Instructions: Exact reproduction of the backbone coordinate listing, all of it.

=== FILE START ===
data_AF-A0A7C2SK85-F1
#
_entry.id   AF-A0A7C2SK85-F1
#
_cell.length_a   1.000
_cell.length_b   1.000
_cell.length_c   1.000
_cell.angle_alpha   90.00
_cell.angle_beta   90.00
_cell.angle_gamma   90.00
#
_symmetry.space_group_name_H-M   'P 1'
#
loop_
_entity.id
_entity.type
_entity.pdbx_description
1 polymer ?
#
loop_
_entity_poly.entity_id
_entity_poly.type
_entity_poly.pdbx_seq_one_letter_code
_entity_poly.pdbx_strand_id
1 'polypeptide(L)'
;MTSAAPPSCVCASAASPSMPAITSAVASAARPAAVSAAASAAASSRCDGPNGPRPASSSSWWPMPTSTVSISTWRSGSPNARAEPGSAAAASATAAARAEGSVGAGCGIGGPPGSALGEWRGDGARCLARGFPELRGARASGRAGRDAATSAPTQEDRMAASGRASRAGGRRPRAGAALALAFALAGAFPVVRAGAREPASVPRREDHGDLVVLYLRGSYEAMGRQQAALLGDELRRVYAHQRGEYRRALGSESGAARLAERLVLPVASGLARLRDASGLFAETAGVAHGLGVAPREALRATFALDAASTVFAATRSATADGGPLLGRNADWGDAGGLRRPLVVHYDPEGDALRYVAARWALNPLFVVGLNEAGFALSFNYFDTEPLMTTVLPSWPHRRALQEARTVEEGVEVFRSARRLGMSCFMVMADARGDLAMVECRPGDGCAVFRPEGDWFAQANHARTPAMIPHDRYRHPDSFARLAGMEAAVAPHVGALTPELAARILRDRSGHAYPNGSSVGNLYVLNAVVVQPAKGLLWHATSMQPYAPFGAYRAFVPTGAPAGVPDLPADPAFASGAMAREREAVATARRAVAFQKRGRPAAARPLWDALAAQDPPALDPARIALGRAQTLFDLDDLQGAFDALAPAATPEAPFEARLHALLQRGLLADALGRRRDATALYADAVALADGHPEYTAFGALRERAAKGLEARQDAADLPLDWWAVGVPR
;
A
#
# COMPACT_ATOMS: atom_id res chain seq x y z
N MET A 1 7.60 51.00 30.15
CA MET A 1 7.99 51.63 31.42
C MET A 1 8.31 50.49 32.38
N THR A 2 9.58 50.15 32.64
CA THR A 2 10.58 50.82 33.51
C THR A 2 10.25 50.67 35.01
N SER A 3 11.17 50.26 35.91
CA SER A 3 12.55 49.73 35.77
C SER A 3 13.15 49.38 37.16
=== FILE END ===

data_AF-A0A7C2SK85-F1
#
_entry.id   AF-A0A7C2SK85-F1
#
_cell.length_a   1.000
_cell.length_b   1.000
_cell.length_c   1.000
_cell.angle_alpha   90.00
_cell.angle_beta   90.00
_cell.angle_gamma   90.00
#
_symmetry.space_group_name_H-M   'P 1'
#
loop_
_entity.id
_entity.type
_entity.pdbx_description
1 polymer ?
#
loop_
_entity_poly.entity_id
_entity_poly.type
_entity_poly.pdbx_seq_one_letter_code
_entity_poly.pdbx_strand_id
1 'polypeptide(L)'
;MTSAAPPSCVCASAASPSMPAITSAVASAARPAAVSAAASAAASSRCDGPNGPRPASSSSWWPMPTSTVSISTWRSGSPNARAEPGSAAAASATAAARAEGSVGAGCGIGGPPGSALGEWRGDGARCLARGFPELRGARASGRAGRDAATSAPTQEDRMAASGRASRAGGRRPRAGAALALAFALAGAFPVVRAGAREPASVPRREDHGDLVVLYLRGSYEAMGRQQAALLGDELRRVYAHQRGEYRRALGSESGAARLAERLVLPVASGLARLRDASGLFAETAGVAHGLGVAPREALRATFALDAASTVFAATRSATADGGPLLGRNADWGDAGGLRRPLVVHYDPEGDALRYVAARWALNPLFVVGLNEAGFALSFNYFDTEPLMTTVLPSWPHRRALQEARTVEEGVEVFRSARRLGMSCFMVMADARGDLAMVECRPGDGCAVFRPEGDWFAQANHARTPAMIPHDRYRHPDSFARLAGMEAAVAPHVGALTPELAARILRDRSGHAYPNGSSVGNLYVLNAVVVQPAKGLLWHATSMQPYAPFGAYRAFVPTGAPAGVPDLPADPAFASGAMAREREAVATARRAVAFQKRGRPAAARPLWDALAAQDPPALDPARIALGRAQTLFDLDDLQGAFDALAPAATPEAPFEARLHALLQRGLLADALGRRRDATALYADAVALADGHPEYTAFGALRERAAKGLEARQDAADLPLDWWAVGVPR
;
A
#
# COMPACT_ATOMS: atom_id res chain seq x y z
N MET A 1 7.60 51.00 30.15
CA MET A 1 7.99 51.63 31.42
C MET A 1 8.31 50.49 32.38
N THR A 2 9.58 50.15 32.64
CA THR A 2 10.58 50.82 33.51
C THR A 2 10.25 50.67 35.01
N SER A 3 11.17 50.26 35.91
CA SER A 3 12.55 49.73 35.77
C SER A 3 13.15 49.38 37.16